Pipe size up to connection at fixture

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55tbirdfan

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I am installing a new tub faucet for a standalone tub. The faucet is attached to the floor. The faucet I purchased connects to the plumbing with braided hoses similar to sink supply lines and ½" threaded hose style connectors.
I am disappointed and surprised at the supply line size on the faucet. I assumed it would have ½ supply line. I had thought there would need to be much larger pipe size to deliver more volume. Or is it strictly higher pressure because of supply line size.

The sales person told me to make sure I have a ¾ pex line all the way to the point of connecting to tub. He said keep ¾ all the way and connect ½ threaded fitting at the faucet..
If the fixture only has ⅜" inside diameter supply line does it matter when I switch to ½? I ran ¾ thinking I would need ¾ supply line for oversized (72×34 Soaking) tub. But if I reduce to ½" after the tee from vanity, does ¾ help volume for the last 10 feet?

My other concern is the flow rate of the faucet. It claims to be 7gpm if I remember correctly. That doesn't seem likely.


Thanks
 

wwhitney

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If the fixture only has ⅜" inside diameter supply line does it matter when I switch to ½?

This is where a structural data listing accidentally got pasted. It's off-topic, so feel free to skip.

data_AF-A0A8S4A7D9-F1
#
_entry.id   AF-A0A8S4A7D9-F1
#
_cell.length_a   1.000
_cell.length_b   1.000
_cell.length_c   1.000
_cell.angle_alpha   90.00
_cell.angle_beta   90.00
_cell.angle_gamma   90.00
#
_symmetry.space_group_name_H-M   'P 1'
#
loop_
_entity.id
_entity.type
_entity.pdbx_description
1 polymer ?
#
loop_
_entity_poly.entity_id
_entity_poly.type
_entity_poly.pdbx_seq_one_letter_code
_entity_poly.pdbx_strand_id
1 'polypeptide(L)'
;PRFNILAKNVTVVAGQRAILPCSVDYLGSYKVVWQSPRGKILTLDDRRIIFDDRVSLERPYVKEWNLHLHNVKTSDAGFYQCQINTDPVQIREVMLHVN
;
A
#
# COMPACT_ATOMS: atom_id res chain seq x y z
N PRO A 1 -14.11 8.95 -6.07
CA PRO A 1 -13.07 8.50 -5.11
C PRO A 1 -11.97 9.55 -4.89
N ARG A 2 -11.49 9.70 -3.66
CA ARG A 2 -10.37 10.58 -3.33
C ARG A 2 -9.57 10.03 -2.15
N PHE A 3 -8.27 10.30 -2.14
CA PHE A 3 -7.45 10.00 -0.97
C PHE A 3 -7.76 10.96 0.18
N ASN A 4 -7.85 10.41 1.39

Yes.
I ran ¾ thinking I would need ¾ supply line for oversized (72×34 Soaking) tub. But if I reduce to ½" after the tee from vanity, does ¾ help volume for the last 10 feet?
Yes. The way water volume and pressure works is that if you have a constant pressure supply (like the water main in the street, for practical purposes), the rate of water flow to an outlet is the exact amount that causes all the pressure drops along the route to add up to that source pressure, so there is 0 pressure left at the outlet (or at least just after the outlet, when the water is falling through free air).

Each segment of the piping contributes to the pressure drop due to flow, and a bigger pipe gives you less pressure drop for a given flow and given length. So increasing any pipe size on the route from the water source to the outlet will give you slightly better flow at the outlet. As would shortening the length of the pipes, if that is possible.

Cheers, Wayne
 
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